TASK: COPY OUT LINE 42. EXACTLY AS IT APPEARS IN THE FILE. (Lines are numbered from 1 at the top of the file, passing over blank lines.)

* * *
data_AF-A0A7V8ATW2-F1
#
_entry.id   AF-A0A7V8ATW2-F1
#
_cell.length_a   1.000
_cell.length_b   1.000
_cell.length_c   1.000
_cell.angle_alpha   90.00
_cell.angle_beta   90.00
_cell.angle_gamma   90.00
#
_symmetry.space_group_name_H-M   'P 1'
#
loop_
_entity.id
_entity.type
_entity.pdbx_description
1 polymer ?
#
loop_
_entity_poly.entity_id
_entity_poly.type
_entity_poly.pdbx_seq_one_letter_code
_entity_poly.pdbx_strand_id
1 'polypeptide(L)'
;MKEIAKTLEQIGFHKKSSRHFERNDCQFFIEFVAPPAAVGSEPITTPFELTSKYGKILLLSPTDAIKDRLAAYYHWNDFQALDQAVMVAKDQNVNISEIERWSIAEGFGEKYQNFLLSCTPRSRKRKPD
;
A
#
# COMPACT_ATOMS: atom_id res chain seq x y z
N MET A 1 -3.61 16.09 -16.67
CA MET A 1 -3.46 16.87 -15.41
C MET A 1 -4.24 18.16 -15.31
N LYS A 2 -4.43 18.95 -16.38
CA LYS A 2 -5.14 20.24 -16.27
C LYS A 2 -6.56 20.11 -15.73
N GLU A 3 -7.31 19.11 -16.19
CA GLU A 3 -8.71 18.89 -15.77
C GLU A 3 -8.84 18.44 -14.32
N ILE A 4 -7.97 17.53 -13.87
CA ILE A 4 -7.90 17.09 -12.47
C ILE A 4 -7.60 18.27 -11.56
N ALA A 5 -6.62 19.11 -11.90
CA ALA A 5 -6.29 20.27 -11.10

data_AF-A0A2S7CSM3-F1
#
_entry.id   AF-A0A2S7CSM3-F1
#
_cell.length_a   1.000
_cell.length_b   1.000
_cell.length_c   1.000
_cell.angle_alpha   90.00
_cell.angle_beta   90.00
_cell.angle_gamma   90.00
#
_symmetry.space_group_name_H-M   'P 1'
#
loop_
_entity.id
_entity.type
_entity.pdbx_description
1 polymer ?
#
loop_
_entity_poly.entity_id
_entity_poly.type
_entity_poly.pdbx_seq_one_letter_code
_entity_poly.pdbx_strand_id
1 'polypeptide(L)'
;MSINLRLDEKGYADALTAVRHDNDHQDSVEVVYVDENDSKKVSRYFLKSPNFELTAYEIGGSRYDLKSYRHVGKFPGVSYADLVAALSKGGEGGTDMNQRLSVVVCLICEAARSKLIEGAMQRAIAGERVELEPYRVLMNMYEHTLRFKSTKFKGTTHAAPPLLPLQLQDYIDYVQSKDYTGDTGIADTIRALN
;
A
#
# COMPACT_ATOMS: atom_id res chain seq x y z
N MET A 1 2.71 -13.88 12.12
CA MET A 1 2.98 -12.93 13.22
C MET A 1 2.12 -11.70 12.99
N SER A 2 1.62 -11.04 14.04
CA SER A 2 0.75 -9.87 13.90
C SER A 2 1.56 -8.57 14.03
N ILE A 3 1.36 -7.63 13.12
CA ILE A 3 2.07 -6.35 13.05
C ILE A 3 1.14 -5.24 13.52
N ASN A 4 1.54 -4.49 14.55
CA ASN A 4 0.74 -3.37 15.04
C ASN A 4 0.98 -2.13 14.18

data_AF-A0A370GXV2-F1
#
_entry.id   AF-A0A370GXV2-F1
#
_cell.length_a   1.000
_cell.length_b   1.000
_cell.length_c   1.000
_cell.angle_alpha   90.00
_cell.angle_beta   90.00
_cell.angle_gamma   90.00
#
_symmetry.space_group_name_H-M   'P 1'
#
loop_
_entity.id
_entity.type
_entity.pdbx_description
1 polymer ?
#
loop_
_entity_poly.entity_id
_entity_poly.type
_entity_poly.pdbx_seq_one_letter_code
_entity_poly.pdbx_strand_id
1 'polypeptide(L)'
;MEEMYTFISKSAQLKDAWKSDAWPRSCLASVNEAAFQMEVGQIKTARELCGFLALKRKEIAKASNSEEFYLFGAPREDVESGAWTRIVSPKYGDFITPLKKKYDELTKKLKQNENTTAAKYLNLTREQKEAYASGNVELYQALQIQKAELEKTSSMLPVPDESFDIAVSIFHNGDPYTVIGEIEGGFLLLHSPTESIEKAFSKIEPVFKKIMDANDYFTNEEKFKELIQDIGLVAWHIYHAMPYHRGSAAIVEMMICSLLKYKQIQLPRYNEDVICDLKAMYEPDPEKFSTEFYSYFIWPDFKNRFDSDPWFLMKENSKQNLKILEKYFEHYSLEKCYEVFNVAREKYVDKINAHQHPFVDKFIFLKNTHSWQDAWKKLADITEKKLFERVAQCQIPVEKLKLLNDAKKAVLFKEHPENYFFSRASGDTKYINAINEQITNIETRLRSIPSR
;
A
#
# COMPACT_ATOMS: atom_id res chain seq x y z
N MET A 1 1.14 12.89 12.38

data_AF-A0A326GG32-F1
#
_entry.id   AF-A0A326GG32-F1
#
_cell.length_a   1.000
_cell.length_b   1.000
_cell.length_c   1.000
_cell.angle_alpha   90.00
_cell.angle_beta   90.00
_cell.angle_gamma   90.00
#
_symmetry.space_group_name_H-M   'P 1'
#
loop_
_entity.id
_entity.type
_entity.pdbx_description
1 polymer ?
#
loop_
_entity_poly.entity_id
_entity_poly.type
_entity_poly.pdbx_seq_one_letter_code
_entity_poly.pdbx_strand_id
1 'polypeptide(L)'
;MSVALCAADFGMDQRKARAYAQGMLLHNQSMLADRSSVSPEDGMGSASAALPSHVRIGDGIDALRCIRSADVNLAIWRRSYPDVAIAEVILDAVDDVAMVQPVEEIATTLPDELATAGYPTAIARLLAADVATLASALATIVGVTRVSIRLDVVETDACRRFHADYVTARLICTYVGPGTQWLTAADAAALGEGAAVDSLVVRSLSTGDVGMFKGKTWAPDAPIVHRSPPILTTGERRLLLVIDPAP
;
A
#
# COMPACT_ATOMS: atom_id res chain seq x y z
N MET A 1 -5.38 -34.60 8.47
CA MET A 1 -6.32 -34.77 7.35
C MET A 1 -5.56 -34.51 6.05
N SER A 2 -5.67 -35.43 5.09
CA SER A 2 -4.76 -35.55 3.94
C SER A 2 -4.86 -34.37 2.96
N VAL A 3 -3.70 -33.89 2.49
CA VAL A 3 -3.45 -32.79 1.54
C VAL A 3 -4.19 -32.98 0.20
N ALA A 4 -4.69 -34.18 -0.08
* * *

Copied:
C ILE A 4 -7.60 18.27 -11.56